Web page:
Interim Evaluation of the Northern Territory Aboriginal and Torres Strait Islander Community Aged Care Workforce Development Projects - Attachments
4.3.1 CommunityTennant Creek is a small township of about 3,500 people, located 500 kilometres north of Alice Springs and 1,000 kilometres south of Darwin. It’s a place shaped by Aboriginal culture, gold mining and pastoralism. The surrounding area is called the Barkly Tablelands, a region characterised by wide grassy plains, endless blue sky and massive cattle stations.
The traditional Aboriginal owners of the area surrounding Tennant Creek are the Warumungu people. Their culture and stories are showcased at one of the country’s best art and cultural centres called Nyinkka Nyunyu. Waramungu is the main language of Tennant Creek and surrounding communities however there are now more speakers of Warlpiri or Alyawarr living in Tennant Creek97.
Tennant Creek is also known as the ‘Golden Heart of the Northern Territory’ – a name that refers to the warm personalities of its people and because it is the site of Australia’s last major gold rush in the 1930s. People initially looked for gold in quartz, but it wasn’t until the 1930s that they discovered that the gold was still in the ironstone.
The town’s goldmining history remains, and is captured at sites around the town such as the Battery Hill Mining Centre. In fact, it’s thought that there is still plenty of gold to be found, and mining for this and other valuable minerals, like manganese and copper, remains a vital economic contributor for the region98.
Further information about this community was not available at the time of the evaluation.
4.3.2 Aged Care ServiceJulalikari has a women’s centre and men’s centre and provides meals to around 18 men and women who live in and around Tennant Creek. The service has eight HACC clients and around 10 CACP clients. The service also provides a day respite service and emergency or planned overnight respite and laundry services. There are two houses available for permanent supported accommodation for intellectual disability clients and plans to have 10 flats available for aged and disability clients to live with their family carers in the near future.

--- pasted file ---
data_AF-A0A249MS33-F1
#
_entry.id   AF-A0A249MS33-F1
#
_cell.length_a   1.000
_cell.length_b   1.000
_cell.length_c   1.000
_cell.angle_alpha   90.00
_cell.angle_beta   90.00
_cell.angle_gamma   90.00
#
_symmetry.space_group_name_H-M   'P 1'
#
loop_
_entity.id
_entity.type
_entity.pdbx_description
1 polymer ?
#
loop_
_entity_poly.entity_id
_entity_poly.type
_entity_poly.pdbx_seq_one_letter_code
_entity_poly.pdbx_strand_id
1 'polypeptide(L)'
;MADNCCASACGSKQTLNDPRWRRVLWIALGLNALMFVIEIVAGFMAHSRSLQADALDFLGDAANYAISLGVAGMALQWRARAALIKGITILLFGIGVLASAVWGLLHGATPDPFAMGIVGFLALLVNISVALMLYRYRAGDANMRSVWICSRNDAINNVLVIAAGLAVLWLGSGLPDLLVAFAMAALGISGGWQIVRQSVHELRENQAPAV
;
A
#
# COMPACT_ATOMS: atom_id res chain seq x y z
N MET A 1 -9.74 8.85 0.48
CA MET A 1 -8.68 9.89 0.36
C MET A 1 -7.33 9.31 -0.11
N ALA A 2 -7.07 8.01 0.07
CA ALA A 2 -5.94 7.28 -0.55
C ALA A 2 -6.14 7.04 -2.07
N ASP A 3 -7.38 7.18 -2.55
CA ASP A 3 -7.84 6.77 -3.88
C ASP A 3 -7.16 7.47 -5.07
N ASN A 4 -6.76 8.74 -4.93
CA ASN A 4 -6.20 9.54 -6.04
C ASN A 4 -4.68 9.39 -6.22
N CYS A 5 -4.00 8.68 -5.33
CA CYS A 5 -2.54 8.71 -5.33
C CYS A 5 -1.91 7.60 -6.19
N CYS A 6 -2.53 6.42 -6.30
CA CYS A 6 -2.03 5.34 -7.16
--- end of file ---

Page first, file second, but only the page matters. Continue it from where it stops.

There are a large number of staff working at Julalikari and men and women generally work separately in gender groups. There is a mix of younger and older men and women on staff which allows for mentoring of skills and support. Some of the younger women have higher literacy abilities and shared during interview that they all work together as a team to complete written materials required as part of the training delivered. Some of the men identified that they have very limited literacy but this did not impact on their ability to participate in training or gain the skills required for their roles. Further these men said that they were not going to further develop their literacy further: we’re too old to learn!
The main focus of service delivery is meal delivery; but some of the clients visit the centre daily and are provided with company and some activities. Female staff were working on their training workbooks during the on-site visit and were working together to answer questions and discuss the training that had been delivered. Staff were keen to participate in dementia training that they were accessing from Alzheimer’s Australia in the near future.
4.3.3 Pre-Training Telephone InterviewAt the time of the pre-training interview Julalikari had 18 staff including a coordinator. All staff, including the coordinator were Indigenous. The coordinator was unsure of how many staff had previously been on CDEP and since converted to paid positions, but identified that of the eight care worker staff, six were currently in CDEP converted positions. It was also reported that there were nine current CDEP workers. Three workers were interviewed and all three reported that conditions were better than when on CDEP.
The coordinator reported that in terms of training required, long-term workers required training in numeracy and literacy, disability and dementia. It was suggested that newer staff required training in computer skills and basic administration. It was also identified that all staff required driver education training. At the time of pre-training interview, feedback received from the RTO suggested that key areas of training would be in Cert II and III in HACC. The coordinator also suggested that were it available to coordinators, training was required in budgeting and financial planning.
The coordinator suggested that in order to improve the success of training:
A lot of encouragement and praise is needed - the more that do it (training) the better, because they then have each other to bounce off.
At the time of the pre-training interview the coordinator was keen for as many workers to participate in training as possible. Three workers were interviewed and all three reported they were looking forward to the training.
4.3.4 Post-Training Site VisitAt the time of the site visit the service reported that training had been delivered in:
- Domestic assistance
- OH & S
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